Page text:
MROI doesn’t impact strategy per se, but it does impact tactical direction. What is great about measurement now is that the process by which you determine if you are hitting the mark or not is tied to analyzing data that can become strong intel for the sales force. Previously, the marketing department would be begging sales for insight on the customer. Marketing now has the ability to respond in kind – providing intel and tools that help the sales channel add value to the customer.
While communications and creativity are important attributes of a marketing department, they may in fact pale in comparison to the importance of careful analysis of objective measurements. Marketing is as much about the numbers as it is about the message.
What do you think is the best approach for calculating MROI (e.g., what components should go into the calculation)?
The best approach for calculating MROI is to begin by identifying the firm’s goals. One common denominator is the impact to the relationship to the customer as it impacts the bottom line. Common to all firms, MROI should include the cost of customer acquisition and the cost of maintaining the relationship with the customer in relationship to the revenue generated over the customer lifecycle. Other factors should be included, but they should be tied with outcomes that are specific to the firm or the firm’s specific market dynamics.
Beyond “pure” measurements, there are “indicators” that can be tracked that give a short-term view of trends. They are not true measures, but if tested they should be able to detect patterns that reveal where the overall trends are going. Some methodologies we use for measurement based on objective:
Objective — Building Awareness:
Indicators: search engine rankings, website traffic (macro and targeted), editorial presence/mentions.
Objective — Generating Interest:
Indicators: PR coverage in markets, responses to communications focusing on relevant issues, search engine results, visits to market section or application or case history web pages, time spent on a site, downloads, newsletter and e-newsletter signups.
Objective — Creating Desire:
Indicators: Visits and downloads of informational materials that pay off values and differential; subscriptions to e-news; membership in real-life or online community.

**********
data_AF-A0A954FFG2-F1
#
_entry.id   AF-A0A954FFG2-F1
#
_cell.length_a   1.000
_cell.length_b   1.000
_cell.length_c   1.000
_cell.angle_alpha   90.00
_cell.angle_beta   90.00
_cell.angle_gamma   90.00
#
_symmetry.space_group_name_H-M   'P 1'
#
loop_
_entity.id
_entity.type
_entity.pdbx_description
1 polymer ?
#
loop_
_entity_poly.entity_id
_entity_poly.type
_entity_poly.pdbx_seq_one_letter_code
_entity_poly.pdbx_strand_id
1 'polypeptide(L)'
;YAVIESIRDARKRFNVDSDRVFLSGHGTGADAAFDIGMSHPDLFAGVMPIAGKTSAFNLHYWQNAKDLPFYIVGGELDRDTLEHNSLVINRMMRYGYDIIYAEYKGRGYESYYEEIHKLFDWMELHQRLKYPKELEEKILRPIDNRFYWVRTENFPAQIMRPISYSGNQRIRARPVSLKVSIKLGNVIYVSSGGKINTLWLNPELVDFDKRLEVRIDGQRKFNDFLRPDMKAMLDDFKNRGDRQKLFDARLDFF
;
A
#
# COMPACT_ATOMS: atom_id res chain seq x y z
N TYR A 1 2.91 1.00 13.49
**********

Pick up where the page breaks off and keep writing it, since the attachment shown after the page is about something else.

Objective — Producing Action:
Metrics: website downloads, Contact Us form or expert help inquiries, literature fulfillment, leads from all sources (800-number calls, business reply cards, PR inquiries, literature requests, etc.), sales appointments.
Objective — Prospect or Customer Cultivation via targeted Marketing
Metrics: e-news delivery, open and response; website visits, pages viewed, time spent, movement (if possible), downloads, forms/inquiries, sales activity.
Objective — Competitive Comparisons, Share of Voice, etc.:
Primary methodologies: measurement of competitive ad spending and PR activity, using publisher resources and independent resources; search engine (SEO and SEM) activity, investment and effectiveness comparisons (our Google-certified staff has access to more tools than publicly available); broader Internet advertising studies.
One challenge in measuring marketing returns is estimating the incremental revenue, contribution, and net profits attributable to marketing. What do you feel is the most difficult challenge in calculating MROI?
Having access to the [client’s] sales channel such that I can quantitatively prove my ROI in dollars rather than leads.
The biggest challenge in my experience, is getting focused on measuring the “right things” and choosing the correct measurement to determine MROI. Today, there are numerous results and customer behaviors that can be tracked. (Web traffic, conversion statistics, etc.) These results more often than not are indicators of the impact of individual tactics within the larger sales and marketing program. These are clues we as marketing professionals can and should utilize to measure if we are on track with reflecting the voice of the customer, to provide intel to the sales channel, to test our messaging, and so on. These are not measures of MROI.
We also know that it is not one mere marketing tactic that is going to make or break your marketing program. This is because it is the BLEND of experiences that a customer has with your marketing communications that impacts the brand experience for the customer. So, for example, if your firm has a top notch public relations program, and your offering is receiving tremendous editorial – and let’s say that the PR program has been very successful at communicating your company’s competitive differentiator, which is that you are “easy to do business with.” If your web site isn’t easy to navigate, or if the customer encounters a gruff sales or service contact – you’ve proven that you are not easy to do business with, and the customer therefore compares his/her experiences to what was written about this claim.
To respond to that challenge, I counsel my clients (the contacts in the C-suite) to select a few, key measures of the program’s success. These are typically tied to sales results: Cost per lead, cost per acquisition, cost to achieve conversions with downstream activities, etc. For example, one of my client firms is shifting his offering from a product offering to a SaaS offering. In doing so, we have helped them with both upstream (branding) and downstream (sales funnel) support. What is key, is that the client is focused on measuring distinct, key KPIs to determine if the collective efforts of the sales and marketing functions are providing ROI: 1. Cost of new customer acquisition, 2. Revenue over the life of the customer relationship, 3. The number of subscribers/number of users.